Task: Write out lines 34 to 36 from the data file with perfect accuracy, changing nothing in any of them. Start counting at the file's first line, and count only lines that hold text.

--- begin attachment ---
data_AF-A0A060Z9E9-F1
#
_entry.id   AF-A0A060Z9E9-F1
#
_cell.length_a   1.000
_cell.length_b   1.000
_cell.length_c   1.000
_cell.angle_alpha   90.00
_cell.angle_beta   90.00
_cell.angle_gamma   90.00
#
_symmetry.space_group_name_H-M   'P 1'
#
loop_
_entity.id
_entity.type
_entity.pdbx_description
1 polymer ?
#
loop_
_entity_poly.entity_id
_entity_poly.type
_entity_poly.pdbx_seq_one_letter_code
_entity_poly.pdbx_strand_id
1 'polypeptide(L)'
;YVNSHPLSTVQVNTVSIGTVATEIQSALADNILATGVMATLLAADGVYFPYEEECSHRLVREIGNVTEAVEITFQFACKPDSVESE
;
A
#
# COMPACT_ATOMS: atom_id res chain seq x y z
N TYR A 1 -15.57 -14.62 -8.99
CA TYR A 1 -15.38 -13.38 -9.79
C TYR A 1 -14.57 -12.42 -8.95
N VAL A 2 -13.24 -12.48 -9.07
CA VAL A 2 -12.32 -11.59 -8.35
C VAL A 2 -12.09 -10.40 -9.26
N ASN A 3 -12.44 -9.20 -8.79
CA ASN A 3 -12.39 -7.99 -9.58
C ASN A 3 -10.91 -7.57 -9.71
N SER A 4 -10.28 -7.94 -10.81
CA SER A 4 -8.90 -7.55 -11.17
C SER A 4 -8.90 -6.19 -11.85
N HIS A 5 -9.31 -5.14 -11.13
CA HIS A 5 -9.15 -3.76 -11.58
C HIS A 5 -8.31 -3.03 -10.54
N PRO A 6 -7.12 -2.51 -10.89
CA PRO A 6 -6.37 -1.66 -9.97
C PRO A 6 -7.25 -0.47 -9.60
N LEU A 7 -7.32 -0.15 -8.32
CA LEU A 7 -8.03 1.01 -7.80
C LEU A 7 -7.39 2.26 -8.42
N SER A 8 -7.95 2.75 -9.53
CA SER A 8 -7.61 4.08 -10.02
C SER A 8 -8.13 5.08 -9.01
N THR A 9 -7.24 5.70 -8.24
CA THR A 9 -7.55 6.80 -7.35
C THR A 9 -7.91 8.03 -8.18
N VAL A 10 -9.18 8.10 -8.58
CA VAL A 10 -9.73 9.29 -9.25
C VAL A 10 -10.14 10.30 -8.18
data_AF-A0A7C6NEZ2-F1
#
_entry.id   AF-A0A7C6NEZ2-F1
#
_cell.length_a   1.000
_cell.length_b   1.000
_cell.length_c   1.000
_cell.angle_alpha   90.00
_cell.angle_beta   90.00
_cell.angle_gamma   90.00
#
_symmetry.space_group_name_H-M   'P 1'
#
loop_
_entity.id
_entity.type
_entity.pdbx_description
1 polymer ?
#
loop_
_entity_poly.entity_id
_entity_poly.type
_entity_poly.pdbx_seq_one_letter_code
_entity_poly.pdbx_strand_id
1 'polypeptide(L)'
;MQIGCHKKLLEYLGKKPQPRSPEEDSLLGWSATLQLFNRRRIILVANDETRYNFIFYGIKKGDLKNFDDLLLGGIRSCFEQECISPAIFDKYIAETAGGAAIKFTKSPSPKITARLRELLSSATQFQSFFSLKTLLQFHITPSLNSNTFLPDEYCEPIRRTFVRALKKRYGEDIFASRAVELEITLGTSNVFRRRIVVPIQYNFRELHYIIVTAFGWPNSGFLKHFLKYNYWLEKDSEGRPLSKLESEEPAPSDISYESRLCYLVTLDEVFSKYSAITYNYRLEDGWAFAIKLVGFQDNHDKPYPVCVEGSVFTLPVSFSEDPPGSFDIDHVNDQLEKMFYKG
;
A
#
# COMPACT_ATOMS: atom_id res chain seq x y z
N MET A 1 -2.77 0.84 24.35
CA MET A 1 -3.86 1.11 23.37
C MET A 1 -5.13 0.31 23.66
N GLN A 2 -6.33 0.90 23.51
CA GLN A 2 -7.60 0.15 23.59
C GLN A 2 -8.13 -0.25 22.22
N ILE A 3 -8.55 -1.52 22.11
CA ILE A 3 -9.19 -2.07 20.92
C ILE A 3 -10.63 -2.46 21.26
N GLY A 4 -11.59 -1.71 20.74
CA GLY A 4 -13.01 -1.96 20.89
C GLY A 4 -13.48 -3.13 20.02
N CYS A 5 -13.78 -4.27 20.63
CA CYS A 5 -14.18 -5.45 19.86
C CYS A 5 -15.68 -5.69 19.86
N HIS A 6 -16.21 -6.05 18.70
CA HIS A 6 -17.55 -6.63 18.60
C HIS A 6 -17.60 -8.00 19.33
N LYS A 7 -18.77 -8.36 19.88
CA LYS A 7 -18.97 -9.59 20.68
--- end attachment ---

N VAL A 2 -13.24 -12.48 -9.07
CA VAL A 2 -12.32 -11.59 -8.35
C VAL A 2 -12.09 -10.40 -9.26